Why are some people “luckier” than others? Well folks, I’m here to tell you that “luck” has nothing to do with it. One reason it seems as if one person is more successful than another, is that they’ve managed to build a network of people who KNOW, LIKE and TRUST them.
Having a good network will greatly improve your chance of success in business. But getting a good network requires thought, desire and action. Here are some simple guidelines to increase your return on your investment in networking:
1. Networking in Your Business Plan:
Networking is one of the most cost effective ways of business development when done in a consistent, disciplined fashion. By networking, you are able to build awareness of you, your products and services, you are better able to determine high priority prospects and you are able to build value relationships. Within your business plan, you should identify who are your best prospects, so you know who—groups, associations, individuals, to network with (see part 1 on Target Marketing). Finally, you should view networking as a critical business activity, just as you view working on existing clients. Creating a pipeline of prospects is the lifeblood of your business.
2. Set Networking Goals:
You should target two to four of the same networking groups to meet with each and every month. Don’t make a habit of being a “guest networker” because it’s not effective. There is an old advertising rule that says, a prospect has to see an ad seven times before it takes hold in their consciousness. Your objective is to build value relationships not transactional ones. By attending the same meetings consistently, you will achieve one of your primary business objectives—to be KNOWN. In addition, you should set a goal to meet with a specific number of networking contacts each and every week. So your SMART networking goal could read like this: Attend four  networking meetings this month (e.g., BNI, Chamber of Commerce, Professional Association, Meet-up, etc.) and conduct eight  face to face prospecting conversations and two  closing conversations.
3. Be Intentional Prior to Attending:
Practice your “rap”—that is, your 30 second elevator pitch. Your elevator pitch should be clear, concise and create curiosity about you and your business. A simple script could read as follows: I am (insert your profession here), for (insert the name of your company here). I do (insert what you do here), for (state who you serve here), so that they can (insert the benefit/value your product of service provides them here).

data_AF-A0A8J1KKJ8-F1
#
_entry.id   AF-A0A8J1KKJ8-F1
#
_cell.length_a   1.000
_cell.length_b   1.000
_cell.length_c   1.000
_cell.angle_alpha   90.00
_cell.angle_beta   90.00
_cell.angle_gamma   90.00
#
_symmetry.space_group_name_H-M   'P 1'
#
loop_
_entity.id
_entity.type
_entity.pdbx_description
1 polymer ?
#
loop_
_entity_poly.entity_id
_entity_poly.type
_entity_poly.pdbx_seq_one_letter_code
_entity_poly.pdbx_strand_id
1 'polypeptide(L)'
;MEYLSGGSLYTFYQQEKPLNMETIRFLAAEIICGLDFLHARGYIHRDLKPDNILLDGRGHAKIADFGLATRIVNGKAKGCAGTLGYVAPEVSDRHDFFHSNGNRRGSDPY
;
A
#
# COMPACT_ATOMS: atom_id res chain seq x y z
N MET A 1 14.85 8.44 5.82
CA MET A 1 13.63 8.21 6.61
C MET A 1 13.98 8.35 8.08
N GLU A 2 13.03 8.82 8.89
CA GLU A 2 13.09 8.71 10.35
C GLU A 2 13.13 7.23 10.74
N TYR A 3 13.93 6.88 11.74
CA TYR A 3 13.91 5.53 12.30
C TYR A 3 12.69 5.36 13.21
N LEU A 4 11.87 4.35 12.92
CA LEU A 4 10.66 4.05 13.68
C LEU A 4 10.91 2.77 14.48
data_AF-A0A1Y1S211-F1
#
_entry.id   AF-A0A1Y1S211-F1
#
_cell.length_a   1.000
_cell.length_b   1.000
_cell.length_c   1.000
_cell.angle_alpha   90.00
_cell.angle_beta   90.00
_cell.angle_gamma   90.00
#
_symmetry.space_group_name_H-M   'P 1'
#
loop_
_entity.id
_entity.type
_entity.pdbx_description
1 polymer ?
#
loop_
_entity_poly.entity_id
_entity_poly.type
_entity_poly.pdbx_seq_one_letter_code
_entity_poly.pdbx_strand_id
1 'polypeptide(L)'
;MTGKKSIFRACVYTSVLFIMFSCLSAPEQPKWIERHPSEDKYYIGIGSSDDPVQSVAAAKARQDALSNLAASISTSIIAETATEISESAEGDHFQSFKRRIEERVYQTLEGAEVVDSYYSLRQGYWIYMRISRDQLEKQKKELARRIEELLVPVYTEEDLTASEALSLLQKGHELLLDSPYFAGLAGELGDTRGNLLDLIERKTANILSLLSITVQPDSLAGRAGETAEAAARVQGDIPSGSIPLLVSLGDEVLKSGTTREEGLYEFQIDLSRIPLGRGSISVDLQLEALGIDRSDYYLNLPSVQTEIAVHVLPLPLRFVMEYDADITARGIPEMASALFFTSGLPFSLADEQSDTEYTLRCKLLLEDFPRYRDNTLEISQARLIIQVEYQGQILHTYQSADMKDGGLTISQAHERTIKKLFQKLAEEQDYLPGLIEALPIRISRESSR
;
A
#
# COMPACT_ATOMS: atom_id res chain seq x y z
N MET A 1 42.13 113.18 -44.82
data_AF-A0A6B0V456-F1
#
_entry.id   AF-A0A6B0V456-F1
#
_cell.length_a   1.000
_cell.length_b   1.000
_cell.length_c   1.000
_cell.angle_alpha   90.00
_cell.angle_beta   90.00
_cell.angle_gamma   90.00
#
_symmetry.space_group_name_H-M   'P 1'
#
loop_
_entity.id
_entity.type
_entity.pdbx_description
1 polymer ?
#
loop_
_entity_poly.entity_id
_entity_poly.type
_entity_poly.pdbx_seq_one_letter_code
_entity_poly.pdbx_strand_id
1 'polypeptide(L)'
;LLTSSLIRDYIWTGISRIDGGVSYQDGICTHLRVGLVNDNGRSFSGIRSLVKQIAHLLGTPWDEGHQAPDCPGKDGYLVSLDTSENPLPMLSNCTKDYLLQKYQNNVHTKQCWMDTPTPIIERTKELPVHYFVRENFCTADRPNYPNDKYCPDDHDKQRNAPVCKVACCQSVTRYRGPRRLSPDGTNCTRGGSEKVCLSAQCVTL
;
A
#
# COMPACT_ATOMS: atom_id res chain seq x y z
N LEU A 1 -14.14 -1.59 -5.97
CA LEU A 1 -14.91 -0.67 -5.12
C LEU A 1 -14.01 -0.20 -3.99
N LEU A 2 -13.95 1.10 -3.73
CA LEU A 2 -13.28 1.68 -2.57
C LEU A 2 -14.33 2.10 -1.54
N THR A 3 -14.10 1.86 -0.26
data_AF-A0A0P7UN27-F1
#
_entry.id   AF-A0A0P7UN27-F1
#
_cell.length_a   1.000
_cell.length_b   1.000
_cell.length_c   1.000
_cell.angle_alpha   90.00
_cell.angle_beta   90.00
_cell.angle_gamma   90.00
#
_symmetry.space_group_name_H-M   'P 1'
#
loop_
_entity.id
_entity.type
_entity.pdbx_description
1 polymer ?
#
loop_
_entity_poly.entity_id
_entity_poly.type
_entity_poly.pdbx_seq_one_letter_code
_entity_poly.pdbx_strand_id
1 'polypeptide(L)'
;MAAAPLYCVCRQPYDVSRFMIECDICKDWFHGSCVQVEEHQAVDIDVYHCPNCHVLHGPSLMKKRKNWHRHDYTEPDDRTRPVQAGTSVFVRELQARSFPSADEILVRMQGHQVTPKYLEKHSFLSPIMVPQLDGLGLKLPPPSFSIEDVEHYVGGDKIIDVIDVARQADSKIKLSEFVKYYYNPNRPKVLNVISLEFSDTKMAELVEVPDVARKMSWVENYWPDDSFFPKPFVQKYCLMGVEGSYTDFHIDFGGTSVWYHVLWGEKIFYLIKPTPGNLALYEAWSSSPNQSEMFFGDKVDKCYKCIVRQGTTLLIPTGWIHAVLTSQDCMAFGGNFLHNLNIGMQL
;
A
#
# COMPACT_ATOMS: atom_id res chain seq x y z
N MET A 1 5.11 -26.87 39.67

For each networking meeting, you should have a clear objective—your ROI. For example, you could set a goal for yourself of identifying four  connections—prospects, resource or center of influence, and schedule two  face to face meetings for the following week. That way, you have a clear, objective way of judging your networking effectiveness. Overtime, you will be able to see the results of your efforting on your bottomline.
Check your “attitude” prior to entering the meeting. Put on your positive, happy and confident armor. Make sure you are ready to listen twice as much as you speak. And lastly, make sure you are ready to be a resource for others—become a “go giver.”
4. Creating “RAIN”--Conducting the networking conversation:
Most people approach networking with the objective of talking about themselves or attempting to sell their product or services at the point of contact. The reality is though, people don’t want to be sold. Nor do they care about you or your product unless it fills a need of theirs. So how do you find this out…by using the following conversation technique: Building Rapport with them (e.g., How are you?); asking about their Aspirations and Afflictions (e.g., What gets you excited? What keeps you up at night?); inquiring about the Impact of these conditions or circumstances (e.g., How does that affect ____?); then creating a New reality for them—by listening or by being a resource or by providing something that addresses their need. This is how you become liked…when you show that you care.
5. How to Become Trusted--Have a Follow up Plan:
Networking is absolutely essential to the survival of your business. Networking without follow up is a waste of your time. If you never schedule one on one--face time, with those that you’ve met, you’ve simply wasted your time. A follow up plan could include, but is not limited to the following: Allocate a portion of your week to making contact with those whom you’ve networked in the past; Conduct one on one meetings with those you recently met; Connect online with those who have a Facebook or LinkedIn account; Touch everyone in your database, at least, quarterly; Send a thank you note or an email or interesting article; Go meet your connects in THEIR office; Become a resource to your contact—mentor, mastermind, be an ear for them, business partner; Invite them to an event, etc., etc.
To network effectively, you need to make a plan to fish with your fishing net instead of a fishing pole. Once you’ve identified who your audience is, you need to go fishing where they are. Next, you need to set clear and simple objectives for your networking activities, such as: Goals for each networking meeting; An effective 30 second pitch; Conducting the conversation; Maintaining a positive, “can do” mentality. And finally you need goals for following up with your new found connections. By following these tried and true suggestions, you will achieve a basic business objective. That is to be known, liked and trusted by the marketplace. In so doing, you will exponentially increase your networking effectiveness and build your long term revenue stream.